As a leading professional services firm, KPMG Australia (KPMG) is committed to meeting the requirements of all our stakeholders – not only the organisations we audit and advise but also employees, governments, regulators – and the wider community. We strive to contribute in a positive way to the debate that is shaping the Australian economy and we welcome the opportunity to provide a submission to Treasury’s consultation paper Climate-related financial disclosure: Second consultation (the Consultation Paper).

KPMG’s response to Treasury’s previous consultation paper Climate-related financial disclosure stressed the need for Australia to align our climate reporting requirements with the global baseline envisaged by the International Sustainability Standards Board (ISSB™). To this end, we welcome several proposals that align Australia to the International Financial Reporting Standards (IFRS®) Sustainability Disclosure Standards including aligning with the principles of financial materiality, the requirement to use qualitative scenario analysis to inform disclosures from commencement, and the requirement to disclose information about any climate-related targets and progress towards these targets.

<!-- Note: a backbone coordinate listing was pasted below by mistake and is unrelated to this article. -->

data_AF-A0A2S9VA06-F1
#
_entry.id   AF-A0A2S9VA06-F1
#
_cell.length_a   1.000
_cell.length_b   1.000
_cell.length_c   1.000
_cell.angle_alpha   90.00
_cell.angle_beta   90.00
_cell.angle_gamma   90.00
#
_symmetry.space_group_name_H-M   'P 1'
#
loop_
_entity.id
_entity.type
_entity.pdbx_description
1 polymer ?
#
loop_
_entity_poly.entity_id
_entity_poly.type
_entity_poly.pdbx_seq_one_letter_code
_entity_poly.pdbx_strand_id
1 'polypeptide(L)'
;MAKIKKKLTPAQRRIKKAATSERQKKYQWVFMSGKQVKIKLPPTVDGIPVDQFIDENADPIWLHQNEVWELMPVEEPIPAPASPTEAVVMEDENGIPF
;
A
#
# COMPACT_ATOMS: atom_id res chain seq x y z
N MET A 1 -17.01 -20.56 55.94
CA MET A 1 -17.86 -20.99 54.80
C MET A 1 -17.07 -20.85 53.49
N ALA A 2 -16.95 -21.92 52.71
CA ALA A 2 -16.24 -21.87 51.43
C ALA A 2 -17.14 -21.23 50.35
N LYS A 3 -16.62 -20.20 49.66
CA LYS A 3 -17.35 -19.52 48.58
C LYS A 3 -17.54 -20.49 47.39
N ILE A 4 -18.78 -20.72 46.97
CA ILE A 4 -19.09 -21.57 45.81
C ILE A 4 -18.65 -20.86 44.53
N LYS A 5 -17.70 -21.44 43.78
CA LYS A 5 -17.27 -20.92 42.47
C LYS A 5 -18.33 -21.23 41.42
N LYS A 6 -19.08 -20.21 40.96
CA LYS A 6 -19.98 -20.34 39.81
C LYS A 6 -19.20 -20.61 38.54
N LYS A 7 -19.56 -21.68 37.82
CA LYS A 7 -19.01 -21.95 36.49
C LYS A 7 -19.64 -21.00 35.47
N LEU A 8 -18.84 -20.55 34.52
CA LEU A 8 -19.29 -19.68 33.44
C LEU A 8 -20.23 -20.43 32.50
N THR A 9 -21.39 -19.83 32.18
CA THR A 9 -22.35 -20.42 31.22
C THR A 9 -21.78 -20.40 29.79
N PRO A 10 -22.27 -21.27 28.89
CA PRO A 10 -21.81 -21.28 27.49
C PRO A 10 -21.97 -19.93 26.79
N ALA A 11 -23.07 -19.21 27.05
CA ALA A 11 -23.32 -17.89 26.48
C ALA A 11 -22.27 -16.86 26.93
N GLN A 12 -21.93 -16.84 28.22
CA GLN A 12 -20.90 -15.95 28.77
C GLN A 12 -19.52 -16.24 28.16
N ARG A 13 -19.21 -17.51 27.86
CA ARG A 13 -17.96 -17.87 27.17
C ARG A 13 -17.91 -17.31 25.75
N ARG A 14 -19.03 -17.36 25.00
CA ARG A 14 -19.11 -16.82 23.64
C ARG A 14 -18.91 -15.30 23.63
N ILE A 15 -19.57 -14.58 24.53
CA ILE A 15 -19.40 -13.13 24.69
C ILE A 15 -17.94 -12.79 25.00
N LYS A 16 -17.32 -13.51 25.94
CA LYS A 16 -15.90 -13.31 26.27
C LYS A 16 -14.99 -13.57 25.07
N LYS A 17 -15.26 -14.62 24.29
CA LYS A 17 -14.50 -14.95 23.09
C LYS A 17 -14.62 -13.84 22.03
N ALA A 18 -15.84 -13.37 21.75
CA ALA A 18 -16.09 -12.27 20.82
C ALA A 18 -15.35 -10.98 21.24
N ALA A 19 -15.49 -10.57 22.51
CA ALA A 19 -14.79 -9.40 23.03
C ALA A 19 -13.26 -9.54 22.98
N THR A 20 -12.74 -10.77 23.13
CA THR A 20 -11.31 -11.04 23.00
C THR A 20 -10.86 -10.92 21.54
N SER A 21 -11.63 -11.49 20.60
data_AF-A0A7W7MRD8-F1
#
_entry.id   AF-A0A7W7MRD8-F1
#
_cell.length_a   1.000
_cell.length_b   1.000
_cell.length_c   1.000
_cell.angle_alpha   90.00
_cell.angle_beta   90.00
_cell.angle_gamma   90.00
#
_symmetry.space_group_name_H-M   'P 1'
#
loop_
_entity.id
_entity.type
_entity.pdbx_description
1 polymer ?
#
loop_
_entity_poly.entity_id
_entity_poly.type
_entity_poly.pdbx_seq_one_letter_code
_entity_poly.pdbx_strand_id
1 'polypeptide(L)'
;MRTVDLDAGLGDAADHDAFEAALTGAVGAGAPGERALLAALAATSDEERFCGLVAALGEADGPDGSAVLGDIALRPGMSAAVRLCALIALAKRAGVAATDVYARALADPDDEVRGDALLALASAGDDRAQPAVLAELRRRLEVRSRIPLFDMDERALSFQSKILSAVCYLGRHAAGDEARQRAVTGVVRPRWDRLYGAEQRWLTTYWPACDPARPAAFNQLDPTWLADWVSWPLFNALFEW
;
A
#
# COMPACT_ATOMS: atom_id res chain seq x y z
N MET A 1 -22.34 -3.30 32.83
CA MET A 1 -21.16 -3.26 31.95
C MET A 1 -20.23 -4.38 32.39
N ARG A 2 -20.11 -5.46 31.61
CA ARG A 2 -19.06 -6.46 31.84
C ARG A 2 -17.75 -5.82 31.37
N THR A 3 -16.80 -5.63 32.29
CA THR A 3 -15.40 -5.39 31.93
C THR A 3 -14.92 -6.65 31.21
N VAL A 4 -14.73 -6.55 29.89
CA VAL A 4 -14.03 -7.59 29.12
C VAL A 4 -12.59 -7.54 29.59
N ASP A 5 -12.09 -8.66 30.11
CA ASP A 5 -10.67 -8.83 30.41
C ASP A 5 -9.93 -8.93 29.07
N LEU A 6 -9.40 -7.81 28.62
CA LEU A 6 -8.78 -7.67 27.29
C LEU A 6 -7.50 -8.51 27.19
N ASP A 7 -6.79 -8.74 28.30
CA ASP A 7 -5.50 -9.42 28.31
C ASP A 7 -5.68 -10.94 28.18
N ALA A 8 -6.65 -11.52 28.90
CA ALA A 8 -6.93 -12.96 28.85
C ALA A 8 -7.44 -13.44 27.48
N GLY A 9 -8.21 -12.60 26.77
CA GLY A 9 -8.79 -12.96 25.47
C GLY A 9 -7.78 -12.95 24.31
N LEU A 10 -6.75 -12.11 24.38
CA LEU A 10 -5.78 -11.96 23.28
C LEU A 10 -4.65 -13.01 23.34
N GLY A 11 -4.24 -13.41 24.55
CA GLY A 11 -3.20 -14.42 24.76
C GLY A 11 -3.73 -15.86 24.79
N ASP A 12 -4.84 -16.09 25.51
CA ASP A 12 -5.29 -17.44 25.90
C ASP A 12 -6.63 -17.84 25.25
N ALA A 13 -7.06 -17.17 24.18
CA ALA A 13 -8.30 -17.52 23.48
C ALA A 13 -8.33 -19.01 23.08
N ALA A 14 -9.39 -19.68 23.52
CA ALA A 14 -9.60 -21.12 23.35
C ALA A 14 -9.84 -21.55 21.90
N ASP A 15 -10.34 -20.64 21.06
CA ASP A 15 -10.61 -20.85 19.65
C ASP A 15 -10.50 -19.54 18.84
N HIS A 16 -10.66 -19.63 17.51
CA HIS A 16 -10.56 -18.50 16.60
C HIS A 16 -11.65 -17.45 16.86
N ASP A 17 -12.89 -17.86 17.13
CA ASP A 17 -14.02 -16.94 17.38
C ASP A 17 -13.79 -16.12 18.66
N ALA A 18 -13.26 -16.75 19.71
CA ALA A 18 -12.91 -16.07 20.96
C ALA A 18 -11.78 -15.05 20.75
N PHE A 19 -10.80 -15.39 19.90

KPMG welcomes the phased adoption of mandatory climate financial disclosures as it will balance capacity building while ensuring that a sufficient level of emissions in Australia is covered. In KPMG’s previous submission, we recommended that large, listed entities, significant financial institutions, entities with facilities covered by the Safeguard Mechanism, and entities providing critical infrastructure that is exposed to physical climate risks should be subject to the disclosure regime. We were pleased to see this approach largely adopted in the Consultation Paper.

Additionally, KPMG was pleased to see the proposal around disclosures being included in primary reports and the phased approach to assurance outlined in the assurance roadmap and timeline. Assurance plays an important role in enhancing the credibility of climate disclosures and can help identify instances of ‘greenwashing’.

Lastly, we welcome the proposal to leverage the Greenhouse and energy reporting audit framework[1] to ensure robust independence and quality management standards as outlined in our previous submission. There will need to be an industry-wide campaign developed in consultation with government to ensure enough assurers are registered with the scheme to allow business to meet the proposed assurance roadmap and timeline outlined in Table 3 of the Consultation Paper.

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